Continuous Speech: Better Over Time
Developers of speech recognition products typically, and for the most part fairly, make the claim that their products get better with use. Speech products recognize words with a higher rate of accuracy as they become more accustomed to a person's speech patterns. In this article, we will attempt to describe the performance of IBM's ViaVoice and Dragon's NaturallySpeaking over the last two months since our previous article. IBM's ViaVoice appeared to be perhaps slightly less accurate than Dragon's NaturallySpeaking, after their initial training sessions. With time, and the training which goes with it, IBM's performance appears to have improved. However, Dragon may still have an edge. One may speak very fast to both systems with high accuracy in a quiet stable environment. Both systems seem to degenerate somewhat in noisy environments or with microphone mismanagement. The most important factor in determining accuracy is the clarity with which one speaks. Assuming one's vocabulary and phraseology are within the machine's general expectations, both programs yield outstanding accuracy. Both systems also degrade quickly if one mumbles or slurs one's words. "Unusual" vocabulary or contexts may confuse the programs although both programs can be "taught" new vocabulary and phrases. Background Noise
Neither system seems to be fond of background noise. When one is not speaking but has the microphone on, both systems may produce unwanted output. In this respect, the IBM microphone continues to seem somewhat more irritable than the Dragon microphone, introducing unwanted stray words. No doubt both companies can improve on this. The recording of the sound behind the words continues to be a helpful feature in IBM ViaVoice, as does the built-in speech synthesizer. These two features, missing from Dragon Naturally-Speaking Personal Edition version 1.0, are expected to be incorporated in the Deluxe version of Dragon's Naturally-Speaking, as well as in possible upgrades and new versions of the Personal Edition. Thus some aspects of editing are easier with the IBM product when making use of the recorded voice behind the words or the speech synthesizer. Otherwise, the Dragon seems somewhat easier to use for editing since one can correct the text somewhat more easily by voice. One may use voice commands to select text and change it or correct it. Since one can leave the Dragon microphone on more easily than the IBM microphone, picking up less stray noise and producing less unwanted output, one can then use the Dragon microphone more easily for editing. Turning the IBM microphone on and off is a somewhat time consuming process, thus making it less attractive for editing material by voice. If one wishes to edit entirely by typing or non-voice methods, then these differences between the two products are less important. But people who find writing by voice easier than typing may also find editing by voice to be more natural than typing. Nevertheless methods of editing are a very personal matter, and differ widely. Editing is clearly a different process from producing a first draft, and some people may prefer to use voice for one but not the other. We suggest that when one is installing both systems on the same computer, users install the IBM ViaVoice first since installing the IBM after the Dragon may disable the Dragon temporarily. This problem can be fixed by briefly reinstalling the Dragon. In summary, IBM's Via Voice and Dragon's NaturallySpeaking are outstanding fully functional products in their present form. We expect both will be improved by upgrades and new editions. IBM has hinted at the release of a new version called Via Voice Gold incorporating more command and control features as well as possibly some new voice correction features. Upgrades of Dragon's Naturally-Speaking personal edition and the release of their Deluxe edition and include speech synthesis, recording of the speaker's voice behind words, the ability to use multiple speakers/users per copy, the ability to develop different topical vocabularies even for a single speaker, and more robust macro writing capabilities. At the present time, both products can be used well together, and complement one another. The most frequently asked question people have is which speech recognizer to buy for dictation. We would advise readers to consider buying both the Dragon NaturallySpeaking Deluxe edition and IBM ViaVoice. Moreover, these systems can work together. Speech recognition software has become so relatively inexpensive that usually the real question is when to invest in a new computer or upgrade. Therein lies the challenge! Stay tuned here for updates. Peter Fleming and Robert Andersen, speech recognition consultants, may be reached at email@example.com (617) 923-9356.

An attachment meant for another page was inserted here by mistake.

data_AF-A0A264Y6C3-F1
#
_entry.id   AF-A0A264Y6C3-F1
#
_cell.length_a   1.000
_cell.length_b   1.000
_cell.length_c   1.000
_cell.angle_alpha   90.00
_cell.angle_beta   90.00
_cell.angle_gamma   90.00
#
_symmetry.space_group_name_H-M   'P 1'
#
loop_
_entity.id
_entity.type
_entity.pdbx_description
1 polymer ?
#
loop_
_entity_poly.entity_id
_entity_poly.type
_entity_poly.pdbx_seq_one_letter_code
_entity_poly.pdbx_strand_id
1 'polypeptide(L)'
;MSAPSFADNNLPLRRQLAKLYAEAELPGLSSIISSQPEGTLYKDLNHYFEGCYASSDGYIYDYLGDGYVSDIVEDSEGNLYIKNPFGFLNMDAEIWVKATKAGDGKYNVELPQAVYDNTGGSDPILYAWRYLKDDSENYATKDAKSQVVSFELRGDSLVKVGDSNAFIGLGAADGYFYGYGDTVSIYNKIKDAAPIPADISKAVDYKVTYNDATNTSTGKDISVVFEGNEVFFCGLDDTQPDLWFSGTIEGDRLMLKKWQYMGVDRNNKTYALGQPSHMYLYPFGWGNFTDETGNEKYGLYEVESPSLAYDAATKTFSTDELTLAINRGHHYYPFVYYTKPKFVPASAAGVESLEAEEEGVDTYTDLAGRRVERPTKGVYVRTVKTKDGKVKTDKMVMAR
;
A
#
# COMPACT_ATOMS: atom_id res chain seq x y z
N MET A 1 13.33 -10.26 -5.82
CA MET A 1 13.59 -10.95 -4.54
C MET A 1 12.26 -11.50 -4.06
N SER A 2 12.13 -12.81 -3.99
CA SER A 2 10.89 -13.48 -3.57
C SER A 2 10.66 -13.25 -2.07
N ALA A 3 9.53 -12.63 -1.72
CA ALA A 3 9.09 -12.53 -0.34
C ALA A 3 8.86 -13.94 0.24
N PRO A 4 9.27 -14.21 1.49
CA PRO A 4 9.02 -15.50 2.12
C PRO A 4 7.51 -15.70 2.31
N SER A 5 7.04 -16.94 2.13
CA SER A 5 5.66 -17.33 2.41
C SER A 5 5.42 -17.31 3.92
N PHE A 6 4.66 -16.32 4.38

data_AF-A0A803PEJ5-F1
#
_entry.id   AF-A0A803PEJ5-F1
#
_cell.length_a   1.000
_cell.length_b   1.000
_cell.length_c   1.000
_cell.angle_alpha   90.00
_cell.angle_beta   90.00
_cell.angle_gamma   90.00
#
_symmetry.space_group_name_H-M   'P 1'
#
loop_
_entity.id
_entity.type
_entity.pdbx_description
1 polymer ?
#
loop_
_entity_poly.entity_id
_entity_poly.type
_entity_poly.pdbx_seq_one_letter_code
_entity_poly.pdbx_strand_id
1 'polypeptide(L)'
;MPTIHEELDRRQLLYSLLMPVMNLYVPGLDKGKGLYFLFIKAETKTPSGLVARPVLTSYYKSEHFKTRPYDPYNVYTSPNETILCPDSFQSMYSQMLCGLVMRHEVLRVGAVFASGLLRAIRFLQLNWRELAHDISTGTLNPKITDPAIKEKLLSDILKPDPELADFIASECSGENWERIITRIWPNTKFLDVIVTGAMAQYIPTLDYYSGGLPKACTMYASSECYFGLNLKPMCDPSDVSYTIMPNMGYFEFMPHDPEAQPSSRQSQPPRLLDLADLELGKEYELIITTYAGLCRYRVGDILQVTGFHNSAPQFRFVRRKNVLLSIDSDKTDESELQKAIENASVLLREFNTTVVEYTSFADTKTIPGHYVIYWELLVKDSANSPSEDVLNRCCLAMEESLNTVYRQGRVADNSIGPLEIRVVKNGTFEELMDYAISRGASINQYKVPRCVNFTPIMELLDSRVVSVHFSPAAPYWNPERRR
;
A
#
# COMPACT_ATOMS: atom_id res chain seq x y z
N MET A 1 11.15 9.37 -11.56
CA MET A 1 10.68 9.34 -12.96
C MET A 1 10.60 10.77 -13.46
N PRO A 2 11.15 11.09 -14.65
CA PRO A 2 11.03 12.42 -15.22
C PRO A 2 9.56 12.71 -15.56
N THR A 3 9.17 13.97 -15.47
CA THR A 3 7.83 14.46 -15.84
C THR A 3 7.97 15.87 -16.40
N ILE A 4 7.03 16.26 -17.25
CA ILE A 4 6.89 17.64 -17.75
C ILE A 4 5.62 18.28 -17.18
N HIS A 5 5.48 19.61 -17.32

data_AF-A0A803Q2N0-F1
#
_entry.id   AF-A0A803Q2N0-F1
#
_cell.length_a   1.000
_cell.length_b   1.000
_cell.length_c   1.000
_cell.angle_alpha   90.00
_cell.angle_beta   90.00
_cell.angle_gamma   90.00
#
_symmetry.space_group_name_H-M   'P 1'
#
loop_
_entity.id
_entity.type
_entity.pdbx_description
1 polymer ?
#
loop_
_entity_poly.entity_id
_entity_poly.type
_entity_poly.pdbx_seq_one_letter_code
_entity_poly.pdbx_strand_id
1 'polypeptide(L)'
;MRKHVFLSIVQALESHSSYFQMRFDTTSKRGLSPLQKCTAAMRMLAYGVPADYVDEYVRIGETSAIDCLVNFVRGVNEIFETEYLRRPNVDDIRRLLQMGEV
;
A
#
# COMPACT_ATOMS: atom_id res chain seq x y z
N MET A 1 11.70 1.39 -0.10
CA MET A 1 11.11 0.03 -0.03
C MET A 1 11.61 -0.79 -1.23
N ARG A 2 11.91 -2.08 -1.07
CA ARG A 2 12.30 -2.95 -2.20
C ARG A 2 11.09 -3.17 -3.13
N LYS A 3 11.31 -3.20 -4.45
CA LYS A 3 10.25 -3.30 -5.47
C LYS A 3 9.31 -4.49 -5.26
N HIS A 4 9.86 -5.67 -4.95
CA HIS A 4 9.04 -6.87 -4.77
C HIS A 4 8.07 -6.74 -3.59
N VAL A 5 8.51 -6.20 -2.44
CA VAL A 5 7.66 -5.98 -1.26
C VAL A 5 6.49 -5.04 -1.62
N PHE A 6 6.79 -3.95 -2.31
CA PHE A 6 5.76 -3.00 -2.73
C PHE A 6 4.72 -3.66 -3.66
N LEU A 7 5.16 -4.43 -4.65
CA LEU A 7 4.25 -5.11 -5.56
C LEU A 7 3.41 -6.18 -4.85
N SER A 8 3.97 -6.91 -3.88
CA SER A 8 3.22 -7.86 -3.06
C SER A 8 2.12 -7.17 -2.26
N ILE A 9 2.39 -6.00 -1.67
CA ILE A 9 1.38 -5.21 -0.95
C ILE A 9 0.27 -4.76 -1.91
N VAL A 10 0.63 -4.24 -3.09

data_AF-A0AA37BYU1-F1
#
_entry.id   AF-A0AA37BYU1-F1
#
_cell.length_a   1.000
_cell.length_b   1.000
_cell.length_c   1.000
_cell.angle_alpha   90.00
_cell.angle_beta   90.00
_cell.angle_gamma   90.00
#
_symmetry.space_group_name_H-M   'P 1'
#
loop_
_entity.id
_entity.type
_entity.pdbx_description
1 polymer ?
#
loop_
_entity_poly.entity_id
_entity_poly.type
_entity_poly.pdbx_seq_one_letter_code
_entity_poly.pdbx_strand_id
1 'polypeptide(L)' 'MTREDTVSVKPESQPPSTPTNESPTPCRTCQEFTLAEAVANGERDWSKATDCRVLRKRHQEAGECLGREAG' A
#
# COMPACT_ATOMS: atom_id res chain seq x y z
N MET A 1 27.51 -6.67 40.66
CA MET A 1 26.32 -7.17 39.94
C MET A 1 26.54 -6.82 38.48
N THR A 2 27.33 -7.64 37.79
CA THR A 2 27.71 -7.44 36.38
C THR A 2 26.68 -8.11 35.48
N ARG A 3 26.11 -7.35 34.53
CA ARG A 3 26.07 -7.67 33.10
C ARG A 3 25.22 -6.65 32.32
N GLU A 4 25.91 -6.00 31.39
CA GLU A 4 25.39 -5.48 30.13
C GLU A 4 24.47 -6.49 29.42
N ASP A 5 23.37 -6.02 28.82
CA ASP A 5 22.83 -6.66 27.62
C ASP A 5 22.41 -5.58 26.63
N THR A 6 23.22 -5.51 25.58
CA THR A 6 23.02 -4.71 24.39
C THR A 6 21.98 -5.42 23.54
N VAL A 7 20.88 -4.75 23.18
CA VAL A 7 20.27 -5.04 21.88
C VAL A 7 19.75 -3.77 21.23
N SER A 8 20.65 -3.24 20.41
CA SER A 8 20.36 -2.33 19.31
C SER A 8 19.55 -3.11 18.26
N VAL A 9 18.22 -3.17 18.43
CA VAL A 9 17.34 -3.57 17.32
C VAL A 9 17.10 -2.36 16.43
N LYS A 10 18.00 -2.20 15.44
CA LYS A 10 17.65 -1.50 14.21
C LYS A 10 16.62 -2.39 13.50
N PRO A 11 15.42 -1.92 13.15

Dragon Sweeps Comdex
As we went to press, Dragon's Naturally Speaking became the first product ever to win a "Grand Slam" of major awards at COMDEX. During the week of COMDEX the continuous speech recognition product became the only product to win all of the following awards:
- PC Week, Best of COMDEX (Utility Software)
- PC Magazine, Technical Excellence (Software)
- PC/Computing, MVP (2 awards, Usability Achievement of the Year, and Best Input Device)
- Home Office/Small Office Computing Editors Pick (Most Innovative Product)
"It is extremely gratifying to be recognized in this way by the computer industry," said Janet Baker, president and co-founder of Dragon Systems.